by Cameron Filas
Sadly, this phenomenon does occur occasionally in the world of writing. You craft a brilliant piece of work, polish it through countless revisions, seek out the perfect publisher, submit, and get an acceptance letter. The letter might include something to the effect of “we’ll contact you in a month or so with a firm publication date.” You rub your hands together in gleeful satisfaction and begin writing more works of genius.
Then a month or so passes and you’ve heard nothing. Have they forgotten about you? Was your work misplaced? Could it be possible your work was never intended to be published and they sent you the acceptance letter by accident? Improbable thoughts and scenarios begin flooding your mind. But here’s what you can do when this happens.
Don’t panic! Just keep in mind it’s not personal. A good majority of the time, editors are just too overwhelmed to keep up with their own timelines. Many online publications are volunteer-based so the staff has to juggle personal lives and regular work with the running of their magazine or journal. Even when publications are paid, and the staff is full time, there is a high chance they are drowning in the sheer volume of submissions they receive. This is not to say you should not take notice or action when they don’t get back to you in a timely manner.
Remember writing and publishing is a professional business. If you take a publishers’ failure to keep up with their own timeline personally and opt to rant about them on your blog, or send them a nasty email, chances are you will find you are not welcome to publish with them ever again (and might even have your original work’s acceptance redacted). The proper response to a situation like this is to craft a concise professional email, or correspondence through their website, which objectively inquires about the status of your work. Something like this is a good starting point:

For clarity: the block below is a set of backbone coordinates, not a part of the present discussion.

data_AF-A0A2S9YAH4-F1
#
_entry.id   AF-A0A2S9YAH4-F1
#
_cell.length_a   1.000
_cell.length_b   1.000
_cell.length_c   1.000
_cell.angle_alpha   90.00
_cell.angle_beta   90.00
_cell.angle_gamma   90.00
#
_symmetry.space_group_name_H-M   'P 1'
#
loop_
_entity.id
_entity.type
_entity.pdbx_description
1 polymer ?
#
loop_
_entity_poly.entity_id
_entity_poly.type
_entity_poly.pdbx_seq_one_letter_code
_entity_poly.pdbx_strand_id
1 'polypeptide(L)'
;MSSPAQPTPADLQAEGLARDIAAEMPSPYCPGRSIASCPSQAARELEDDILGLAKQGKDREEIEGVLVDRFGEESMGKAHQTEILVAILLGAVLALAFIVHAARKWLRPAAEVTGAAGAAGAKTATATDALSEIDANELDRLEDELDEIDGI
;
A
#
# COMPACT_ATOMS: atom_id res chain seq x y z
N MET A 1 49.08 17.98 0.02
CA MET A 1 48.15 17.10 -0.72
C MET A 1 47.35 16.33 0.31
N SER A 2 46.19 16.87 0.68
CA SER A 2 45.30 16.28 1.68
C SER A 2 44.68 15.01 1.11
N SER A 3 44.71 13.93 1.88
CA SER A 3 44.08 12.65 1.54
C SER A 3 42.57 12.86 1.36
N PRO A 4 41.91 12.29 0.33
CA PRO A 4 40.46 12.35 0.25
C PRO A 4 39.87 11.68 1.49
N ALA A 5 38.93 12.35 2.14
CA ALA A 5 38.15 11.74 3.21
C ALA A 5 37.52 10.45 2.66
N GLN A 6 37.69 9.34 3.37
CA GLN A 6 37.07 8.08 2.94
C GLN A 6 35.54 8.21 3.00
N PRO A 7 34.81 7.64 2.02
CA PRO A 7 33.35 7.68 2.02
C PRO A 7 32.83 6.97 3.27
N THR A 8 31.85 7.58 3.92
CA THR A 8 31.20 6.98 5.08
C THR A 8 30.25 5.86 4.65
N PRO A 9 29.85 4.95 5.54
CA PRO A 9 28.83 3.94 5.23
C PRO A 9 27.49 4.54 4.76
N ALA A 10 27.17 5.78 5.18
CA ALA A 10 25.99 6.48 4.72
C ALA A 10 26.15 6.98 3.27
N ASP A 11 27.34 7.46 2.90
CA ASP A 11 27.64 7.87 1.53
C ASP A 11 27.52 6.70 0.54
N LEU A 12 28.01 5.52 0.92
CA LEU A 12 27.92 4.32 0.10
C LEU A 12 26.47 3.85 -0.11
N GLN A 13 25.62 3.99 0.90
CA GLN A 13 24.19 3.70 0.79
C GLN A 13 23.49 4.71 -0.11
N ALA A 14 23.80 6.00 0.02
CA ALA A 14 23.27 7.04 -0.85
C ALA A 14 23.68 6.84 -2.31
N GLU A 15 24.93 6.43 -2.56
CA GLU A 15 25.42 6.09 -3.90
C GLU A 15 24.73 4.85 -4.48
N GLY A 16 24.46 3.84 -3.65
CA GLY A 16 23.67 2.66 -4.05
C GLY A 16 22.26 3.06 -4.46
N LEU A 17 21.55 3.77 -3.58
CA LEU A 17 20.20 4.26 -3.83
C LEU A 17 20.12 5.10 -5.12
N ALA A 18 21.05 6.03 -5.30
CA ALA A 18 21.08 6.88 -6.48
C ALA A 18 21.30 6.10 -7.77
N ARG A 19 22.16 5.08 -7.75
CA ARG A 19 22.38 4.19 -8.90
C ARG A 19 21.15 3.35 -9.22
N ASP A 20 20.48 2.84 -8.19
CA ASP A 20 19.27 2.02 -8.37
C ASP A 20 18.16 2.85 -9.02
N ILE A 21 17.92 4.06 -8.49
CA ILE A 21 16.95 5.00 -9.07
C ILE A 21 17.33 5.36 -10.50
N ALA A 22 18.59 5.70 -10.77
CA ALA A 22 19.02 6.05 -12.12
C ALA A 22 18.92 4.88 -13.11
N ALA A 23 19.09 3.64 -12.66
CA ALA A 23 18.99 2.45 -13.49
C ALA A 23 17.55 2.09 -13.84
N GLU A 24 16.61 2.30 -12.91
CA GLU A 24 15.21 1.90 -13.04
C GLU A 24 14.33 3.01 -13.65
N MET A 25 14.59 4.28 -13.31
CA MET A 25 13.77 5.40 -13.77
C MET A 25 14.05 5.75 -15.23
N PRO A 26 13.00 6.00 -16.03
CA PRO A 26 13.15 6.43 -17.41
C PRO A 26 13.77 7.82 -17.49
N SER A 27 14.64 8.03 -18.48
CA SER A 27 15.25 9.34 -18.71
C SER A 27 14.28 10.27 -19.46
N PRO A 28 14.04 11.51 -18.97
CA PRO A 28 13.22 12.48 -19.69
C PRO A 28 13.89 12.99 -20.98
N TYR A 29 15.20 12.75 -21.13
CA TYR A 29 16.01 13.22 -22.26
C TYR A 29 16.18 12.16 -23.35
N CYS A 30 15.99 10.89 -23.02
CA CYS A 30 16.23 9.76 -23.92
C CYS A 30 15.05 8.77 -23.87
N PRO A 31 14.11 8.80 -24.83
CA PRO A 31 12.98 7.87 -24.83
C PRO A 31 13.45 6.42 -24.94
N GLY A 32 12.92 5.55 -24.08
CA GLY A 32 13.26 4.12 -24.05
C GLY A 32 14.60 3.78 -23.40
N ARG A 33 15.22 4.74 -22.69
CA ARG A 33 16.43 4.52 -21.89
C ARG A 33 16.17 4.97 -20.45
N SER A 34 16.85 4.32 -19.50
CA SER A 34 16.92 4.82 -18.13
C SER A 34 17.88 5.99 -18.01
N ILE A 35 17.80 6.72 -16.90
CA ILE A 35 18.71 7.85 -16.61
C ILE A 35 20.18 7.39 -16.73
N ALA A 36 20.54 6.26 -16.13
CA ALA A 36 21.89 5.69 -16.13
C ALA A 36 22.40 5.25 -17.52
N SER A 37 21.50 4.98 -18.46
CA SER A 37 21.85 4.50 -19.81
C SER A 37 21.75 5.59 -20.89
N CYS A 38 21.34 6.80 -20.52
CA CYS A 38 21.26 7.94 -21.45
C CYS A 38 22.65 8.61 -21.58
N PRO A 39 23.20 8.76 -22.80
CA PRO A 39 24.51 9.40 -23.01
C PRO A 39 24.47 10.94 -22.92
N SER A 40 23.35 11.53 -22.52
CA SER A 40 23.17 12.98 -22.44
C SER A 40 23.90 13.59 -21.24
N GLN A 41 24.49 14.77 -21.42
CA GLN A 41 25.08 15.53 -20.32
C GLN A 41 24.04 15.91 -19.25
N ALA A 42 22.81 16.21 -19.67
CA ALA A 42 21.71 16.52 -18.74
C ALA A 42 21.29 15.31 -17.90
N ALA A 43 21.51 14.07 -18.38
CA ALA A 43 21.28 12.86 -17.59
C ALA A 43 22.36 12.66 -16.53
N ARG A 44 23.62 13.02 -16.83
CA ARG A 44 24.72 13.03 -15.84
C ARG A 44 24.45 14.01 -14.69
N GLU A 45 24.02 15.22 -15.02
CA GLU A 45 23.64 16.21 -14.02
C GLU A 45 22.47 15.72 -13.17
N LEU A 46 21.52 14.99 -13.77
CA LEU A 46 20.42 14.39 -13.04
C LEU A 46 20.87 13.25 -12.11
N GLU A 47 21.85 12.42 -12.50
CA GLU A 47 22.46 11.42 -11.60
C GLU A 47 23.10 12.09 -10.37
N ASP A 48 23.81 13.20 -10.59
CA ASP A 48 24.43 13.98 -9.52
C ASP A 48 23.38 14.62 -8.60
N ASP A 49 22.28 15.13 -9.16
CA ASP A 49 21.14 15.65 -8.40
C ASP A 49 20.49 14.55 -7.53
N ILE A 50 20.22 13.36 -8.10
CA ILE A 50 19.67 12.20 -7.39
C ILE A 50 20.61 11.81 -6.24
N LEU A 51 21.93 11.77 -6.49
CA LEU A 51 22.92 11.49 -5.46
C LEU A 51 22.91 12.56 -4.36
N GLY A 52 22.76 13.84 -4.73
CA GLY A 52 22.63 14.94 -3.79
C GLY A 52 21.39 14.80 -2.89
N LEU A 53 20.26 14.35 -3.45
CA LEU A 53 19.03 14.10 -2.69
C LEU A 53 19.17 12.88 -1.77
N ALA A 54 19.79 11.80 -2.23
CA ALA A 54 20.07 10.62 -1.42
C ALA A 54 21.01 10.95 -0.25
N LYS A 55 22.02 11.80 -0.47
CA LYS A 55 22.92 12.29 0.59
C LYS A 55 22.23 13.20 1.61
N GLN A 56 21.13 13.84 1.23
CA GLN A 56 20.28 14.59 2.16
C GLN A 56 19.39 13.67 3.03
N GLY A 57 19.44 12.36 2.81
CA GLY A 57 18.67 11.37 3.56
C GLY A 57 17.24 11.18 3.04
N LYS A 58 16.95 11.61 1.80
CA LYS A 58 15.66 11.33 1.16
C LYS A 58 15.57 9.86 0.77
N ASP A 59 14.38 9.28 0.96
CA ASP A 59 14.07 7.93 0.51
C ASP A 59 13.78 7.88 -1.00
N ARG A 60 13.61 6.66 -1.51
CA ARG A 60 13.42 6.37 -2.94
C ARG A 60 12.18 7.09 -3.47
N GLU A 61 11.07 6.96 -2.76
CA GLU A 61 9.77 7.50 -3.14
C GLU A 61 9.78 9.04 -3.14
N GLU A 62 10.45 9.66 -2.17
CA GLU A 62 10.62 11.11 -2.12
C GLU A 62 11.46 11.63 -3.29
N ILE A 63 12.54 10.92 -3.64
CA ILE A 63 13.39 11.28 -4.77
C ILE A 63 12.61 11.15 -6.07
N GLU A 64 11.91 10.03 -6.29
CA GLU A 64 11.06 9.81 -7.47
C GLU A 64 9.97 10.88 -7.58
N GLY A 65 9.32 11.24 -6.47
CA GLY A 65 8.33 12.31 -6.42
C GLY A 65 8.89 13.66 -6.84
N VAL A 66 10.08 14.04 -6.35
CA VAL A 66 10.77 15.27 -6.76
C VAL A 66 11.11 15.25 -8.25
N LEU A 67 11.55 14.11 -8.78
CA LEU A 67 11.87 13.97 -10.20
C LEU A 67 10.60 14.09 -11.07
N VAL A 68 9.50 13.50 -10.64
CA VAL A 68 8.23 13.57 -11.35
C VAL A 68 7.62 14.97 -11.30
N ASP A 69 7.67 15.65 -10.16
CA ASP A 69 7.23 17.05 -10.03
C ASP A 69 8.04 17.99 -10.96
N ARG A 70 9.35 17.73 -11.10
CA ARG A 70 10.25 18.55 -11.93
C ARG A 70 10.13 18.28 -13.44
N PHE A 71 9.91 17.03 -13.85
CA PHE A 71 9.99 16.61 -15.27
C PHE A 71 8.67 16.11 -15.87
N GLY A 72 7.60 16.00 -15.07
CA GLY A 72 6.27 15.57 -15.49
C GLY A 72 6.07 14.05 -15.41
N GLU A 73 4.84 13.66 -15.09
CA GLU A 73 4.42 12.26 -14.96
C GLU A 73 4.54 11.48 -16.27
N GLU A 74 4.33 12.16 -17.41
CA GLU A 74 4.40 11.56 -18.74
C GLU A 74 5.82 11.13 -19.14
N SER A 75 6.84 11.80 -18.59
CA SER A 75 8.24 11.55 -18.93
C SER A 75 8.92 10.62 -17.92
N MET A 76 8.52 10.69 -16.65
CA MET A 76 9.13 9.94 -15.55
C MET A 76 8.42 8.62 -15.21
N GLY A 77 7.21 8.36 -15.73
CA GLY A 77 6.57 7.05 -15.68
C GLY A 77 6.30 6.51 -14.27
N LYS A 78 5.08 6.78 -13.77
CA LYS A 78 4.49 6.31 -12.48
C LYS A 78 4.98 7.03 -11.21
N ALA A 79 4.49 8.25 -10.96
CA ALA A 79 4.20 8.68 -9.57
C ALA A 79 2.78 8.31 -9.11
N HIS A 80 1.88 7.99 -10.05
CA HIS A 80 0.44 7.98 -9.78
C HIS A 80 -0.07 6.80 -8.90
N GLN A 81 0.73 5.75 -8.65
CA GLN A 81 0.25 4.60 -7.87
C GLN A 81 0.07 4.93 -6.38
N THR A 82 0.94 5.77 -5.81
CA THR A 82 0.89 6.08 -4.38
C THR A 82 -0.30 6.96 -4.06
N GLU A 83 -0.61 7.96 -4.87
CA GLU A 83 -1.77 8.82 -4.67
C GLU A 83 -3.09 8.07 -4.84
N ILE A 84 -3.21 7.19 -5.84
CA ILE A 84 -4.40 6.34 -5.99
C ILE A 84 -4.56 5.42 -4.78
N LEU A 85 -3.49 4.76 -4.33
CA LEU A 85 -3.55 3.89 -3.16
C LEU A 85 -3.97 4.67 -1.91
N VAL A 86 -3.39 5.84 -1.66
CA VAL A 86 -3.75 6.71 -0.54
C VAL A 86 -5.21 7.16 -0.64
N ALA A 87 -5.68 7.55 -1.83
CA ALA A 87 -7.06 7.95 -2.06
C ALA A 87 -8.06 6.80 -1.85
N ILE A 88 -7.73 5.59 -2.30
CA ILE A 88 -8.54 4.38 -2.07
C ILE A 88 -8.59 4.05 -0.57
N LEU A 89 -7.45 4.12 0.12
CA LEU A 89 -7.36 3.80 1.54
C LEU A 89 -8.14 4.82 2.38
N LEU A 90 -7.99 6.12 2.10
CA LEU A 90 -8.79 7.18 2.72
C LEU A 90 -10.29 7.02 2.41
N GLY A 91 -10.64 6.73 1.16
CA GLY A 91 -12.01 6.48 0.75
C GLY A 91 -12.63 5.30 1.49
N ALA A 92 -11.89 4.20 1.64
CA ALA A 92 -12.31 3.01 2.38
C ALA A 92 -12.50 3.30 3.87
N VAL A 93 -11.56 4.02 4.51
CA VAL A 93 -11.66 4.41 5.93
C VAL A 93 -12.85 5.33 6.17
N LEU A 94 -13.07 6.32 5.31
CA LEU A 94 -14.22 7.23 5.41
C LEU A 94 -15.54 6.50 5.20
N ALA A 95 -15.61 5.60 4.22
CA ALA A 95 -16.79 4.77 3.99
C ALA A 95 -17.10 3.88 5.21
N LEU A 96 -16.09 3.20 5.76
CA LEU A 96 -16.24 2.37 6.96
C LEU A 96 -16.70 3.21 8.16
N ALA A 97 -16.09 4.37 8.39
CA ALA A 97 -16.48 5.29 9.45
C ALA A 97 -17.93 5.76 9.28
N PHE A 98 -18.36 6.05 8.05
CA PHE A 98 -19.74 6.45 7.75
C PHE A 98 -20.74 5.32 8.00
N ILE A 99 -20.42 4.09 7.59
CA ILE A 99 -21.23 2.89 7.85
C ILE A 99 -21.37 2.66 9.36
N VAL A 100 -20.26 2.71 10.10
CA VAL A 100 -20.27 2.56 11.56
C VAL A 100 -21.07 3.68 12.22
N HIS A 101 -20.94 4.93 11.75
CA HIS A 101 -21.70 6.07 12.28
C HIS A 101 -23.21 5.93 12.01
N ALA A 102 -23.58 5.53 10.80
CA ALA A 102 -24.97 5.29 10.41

I am emailing to check on the status of “My Wonderful Story” and see if you have picked a publication date. Thank you.
Your Name Here
It’s as easy as that! Chances are they will get back to you shortly and let you know either 1) the publication date they’ve selected, or 2) they still need more time but will get back to you shortly. This usually is all it takes to show the editors you are engaged and to give yourself peace of mind. However, in rare instances you may never hear back.*
Sometimes, no matter how many queries you send regarding the status of your work, you’ll never hear from the editors again. This could happen because you just have awful luck and the publisher decides they can’t keep up with their hobby of running an online magazine. It could also be the result of extremely lazy or unprofessional editors (yes, even in the world of writing there are lazy unprofessional people). The good news is this is an opportunity!
If the publisher you submitted to shut its doors or is too unprofessional to get back to you, that means you have an opportunity to submit your work somewhere better. The best part is your piece was already good enough to be selected for publication once. Use that glass half-full mentality as a drive to seek out other venues to submit to knowing your work already caught the eye of someone before.
In short, when publishers don’t get back to you right away it’s probably them not you. If they never get back to you, there’s no need to yell at your houseplants or cry yourself to sleep. Pick yourself up and submit somewhere else!
*Don’t forget electronic communication sometimes has bugs and you may have overlooked something in your spam folder (or vice versa for the editor). However, after two or three follow-up emails it’s probably a lost cause.
Cameron Filas is an avid reader and novice author of short fiction and other various work. Though he has enjoyed writing from a very young age, he has only recently begun a serious pursuit of the craft. Cameron lives in Mesa, AZ, with his girlfriend, a dog, and a demon cat who he is pretty sure is plotting to kill him. You can visit his corner of the web at cameronfilas.wordpress.com.